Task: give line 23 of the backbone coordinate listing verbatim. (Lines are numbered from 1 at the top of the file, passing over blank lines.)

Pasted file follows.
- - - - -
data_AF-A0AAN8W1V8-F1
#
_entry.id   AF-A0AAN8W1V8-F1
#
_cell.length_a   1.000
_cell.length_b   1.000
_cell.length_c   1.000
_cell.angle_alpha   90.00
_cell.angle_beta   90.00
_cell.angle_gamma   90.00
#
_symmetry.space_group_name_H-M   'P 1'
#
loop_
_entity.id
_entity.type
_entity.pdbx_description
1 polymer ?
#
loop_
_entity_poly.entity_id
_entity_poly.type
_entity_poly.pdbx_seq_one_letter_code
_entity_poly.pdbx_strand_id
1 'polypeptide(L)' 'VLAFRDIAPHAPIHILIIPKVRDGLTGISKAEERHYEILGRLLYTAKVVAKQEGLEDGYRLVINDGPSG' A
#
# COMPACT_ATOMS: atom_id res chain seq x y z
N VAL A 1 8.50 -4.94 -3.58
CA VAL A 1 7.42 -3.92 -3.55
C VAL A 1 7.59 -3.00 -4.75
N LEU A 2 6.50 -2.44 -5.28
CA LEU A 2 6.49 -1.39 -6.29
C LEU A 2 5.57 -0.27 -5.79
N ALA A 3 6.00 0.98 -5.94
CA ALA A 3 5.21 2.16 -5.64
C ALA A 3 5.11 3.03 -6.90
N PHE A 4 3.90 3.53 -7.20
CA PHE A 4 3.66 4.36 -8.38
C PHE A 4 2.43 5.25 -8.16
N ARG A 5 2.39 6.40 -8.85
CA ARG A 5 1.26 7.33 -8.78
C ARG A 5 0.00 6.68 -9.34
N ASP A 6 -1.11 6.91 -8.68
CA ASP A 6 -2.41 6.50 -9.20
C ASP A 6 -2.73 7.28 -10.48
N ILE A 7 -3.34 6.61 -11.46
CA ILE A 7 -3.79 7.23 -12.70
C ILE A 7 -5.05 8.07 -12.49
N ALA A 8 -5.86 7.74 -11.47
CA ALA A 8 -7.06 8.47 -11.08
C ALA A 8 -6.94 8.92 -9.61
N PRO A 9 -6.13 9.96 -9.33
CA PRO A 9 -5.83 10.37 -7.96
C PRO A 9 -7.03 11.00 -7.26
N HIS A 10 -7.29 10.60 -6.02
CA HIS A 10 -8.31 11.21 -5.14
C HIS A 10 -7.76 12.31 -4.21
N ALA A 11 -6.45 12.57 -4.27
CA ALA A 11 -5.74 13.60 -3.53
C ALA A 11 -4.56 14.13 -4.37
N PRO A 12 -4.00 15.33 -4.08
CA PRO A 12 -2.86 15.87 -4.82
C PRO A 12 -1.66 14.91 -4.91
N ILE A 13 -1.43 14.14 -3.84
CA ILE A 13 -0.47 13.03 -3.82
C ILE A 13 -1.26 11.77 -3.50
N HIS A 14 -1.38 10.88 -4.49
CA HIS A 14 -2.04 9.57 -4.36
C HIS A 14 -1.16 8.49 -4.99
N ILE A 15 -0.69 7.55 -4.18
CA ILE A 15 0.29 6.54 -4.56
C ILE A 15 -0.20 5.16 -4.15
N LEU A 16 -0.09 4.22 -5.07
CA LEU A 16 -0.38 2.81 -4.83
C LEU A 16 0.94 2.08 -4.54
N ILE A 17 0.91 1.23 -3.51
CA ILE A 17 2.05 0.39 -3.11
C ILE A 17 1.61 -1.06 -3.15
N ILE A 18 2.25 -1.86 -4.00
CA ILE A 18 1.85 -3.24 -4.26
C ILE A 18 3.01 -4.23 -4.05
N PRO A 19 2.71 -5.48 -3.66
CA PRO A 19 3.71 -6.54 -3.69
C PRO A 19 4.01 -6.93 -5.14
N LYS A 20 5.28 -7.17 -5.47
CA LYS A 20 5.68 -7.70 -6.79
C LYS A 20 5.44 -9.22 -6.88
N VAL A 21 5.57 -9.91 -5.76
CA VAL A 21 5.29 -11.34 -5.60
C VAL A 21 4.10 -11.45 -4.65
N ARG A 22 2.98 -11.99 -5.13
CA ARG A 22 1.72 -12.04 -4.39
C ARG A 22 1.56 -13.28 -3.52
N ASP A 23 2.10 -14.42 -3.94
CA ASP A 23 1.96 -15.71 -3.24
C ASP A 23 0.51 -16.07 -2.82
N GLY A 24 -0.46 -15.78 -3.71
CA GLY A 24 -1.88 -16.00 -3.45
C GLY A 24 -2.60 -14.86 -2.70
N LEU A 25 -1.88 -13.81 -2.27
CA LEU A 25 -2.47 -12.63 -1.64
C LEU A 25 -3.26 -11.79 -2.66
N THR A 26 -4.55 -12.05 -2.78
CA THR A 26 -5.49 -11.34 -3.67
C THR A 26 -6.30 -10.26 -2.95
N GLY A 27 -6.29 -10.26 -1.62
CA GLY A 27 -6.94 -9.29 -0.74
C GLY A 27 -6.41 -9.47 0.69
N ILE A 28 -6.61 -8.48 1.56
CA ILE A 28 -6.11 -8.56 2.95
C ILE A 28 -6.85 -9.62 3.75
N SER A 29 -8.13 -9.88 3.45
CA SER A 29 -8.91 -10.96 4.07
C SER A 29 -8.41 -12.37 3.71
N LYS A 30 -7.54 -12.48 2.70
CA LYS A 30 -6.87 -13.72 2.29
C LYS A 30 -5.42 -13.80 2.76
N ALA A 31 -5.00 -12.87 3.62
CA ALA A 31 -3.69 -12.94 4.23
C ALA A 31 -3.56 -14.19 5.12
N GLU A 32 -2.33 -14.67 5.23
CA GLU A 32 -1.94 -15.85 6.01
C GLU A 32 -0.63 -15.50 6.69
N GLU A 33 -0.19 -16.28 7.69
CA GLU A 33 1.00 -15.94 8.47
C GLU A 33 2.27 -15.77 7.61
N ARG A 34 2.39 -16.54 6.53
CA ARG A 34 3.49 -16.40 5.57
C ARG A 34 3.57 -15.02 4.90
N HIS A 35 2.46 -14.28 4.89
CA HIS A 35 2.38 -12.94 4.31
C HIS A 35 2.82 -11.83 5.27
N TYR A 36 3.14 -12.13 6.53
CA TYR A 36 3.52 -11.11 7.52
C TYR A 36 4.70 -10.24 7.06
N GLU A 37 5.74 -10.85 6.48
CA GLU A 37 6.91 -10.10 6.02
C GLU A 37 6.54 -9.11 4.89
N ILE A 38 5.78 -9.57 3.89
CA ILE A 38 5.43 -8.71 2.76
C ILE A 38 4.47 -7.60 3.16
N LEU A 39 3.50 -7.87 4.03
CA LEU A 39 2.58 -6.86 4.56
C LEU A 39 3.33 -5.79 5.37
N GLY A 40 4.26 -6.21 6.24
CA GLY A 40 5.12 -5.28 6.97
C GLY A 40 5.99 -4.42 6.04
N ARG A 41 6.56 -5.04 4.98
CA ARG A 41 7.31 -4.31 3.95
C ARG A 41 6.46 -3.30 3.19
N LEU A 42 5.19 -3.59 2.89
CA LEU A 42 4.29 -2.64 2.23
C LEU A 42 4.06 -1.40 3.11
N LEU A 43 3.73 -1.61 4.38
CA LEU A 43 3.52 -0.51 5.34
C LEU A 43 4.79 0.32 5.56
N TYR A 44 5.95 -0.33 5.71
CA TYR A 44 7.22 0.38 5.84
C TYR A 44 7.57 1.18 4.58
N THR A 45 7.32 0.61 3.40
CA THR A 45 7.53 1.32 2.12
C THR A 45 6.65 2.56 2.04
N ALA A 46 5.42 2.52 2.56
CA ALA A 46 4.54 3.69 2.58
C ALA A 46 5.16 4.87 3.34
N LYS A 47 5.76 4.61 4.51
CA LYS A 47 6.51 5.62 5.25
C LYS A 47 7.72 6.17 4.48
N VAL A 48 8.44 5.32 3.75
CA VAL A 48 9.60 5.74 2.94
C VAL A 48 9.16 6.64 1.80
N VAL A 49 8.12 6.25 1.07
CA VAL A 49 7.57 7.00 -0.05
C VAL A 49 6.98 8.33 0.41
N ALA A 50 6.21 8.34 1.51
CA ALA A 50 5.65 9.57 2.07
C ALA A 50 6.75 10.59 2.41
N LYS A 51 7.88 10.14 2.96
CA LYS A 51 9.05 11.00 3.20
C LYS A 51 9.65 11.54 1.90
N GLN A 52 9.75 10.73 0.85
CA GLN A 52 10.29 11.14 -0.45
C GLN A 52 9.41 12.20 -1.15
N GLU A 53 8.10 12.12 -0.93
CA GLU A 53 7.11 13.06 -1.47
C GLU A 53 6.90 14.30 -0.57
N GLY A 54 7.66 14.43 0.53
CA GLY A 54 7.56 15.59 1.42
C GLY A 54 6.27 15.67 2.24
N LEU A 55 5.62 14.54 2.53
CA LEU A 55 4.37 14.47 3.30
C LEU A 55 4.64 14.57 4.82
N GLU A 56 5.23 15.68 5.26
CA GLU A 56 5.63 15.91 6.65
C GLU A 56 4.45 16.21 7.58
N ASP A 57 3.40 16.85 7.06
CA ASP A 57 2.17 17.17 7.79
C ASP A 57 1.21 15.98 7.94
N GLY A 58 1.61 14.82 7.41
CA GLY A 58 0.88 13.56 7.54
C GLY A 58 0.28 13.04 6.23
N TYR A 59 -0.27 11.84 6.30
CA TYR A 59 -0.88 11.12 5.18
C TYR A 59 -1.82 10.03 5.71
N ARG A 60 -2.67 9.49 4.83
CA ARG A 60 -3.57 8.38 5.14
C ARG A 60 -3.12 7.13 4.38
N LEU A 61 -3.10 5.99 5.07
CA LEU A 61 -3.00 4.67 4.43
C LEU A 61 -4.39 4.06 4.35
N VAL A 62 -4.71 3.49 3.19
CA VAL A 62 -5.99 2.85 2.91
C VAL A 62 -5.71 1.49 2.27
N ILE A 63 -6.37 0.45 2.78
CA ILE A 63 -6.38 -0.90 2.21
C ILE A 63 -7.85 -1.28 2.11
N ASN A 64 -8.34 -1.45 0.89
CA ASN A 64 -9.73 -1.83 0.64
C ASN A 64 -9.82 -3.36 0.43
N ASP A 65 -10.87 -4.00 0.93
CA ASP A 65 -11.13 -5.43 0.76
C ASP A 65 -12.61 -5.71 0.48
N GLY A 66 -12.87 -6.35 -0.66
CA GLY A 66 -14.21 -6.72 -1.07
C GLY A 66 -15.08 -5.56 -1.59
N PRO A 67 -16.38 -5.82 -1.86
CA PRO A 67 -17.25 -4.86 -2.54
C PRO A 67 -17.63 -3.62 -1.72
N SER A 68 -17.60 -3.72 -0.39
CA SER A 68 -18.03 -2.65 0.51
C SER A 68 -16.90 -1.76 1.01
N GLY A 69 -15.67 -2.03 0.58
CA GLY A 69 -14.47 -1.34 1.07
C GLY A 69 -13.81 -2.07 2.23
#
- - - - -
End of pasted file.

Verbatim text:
_entity_poly.pdbx_seq_one_letter_code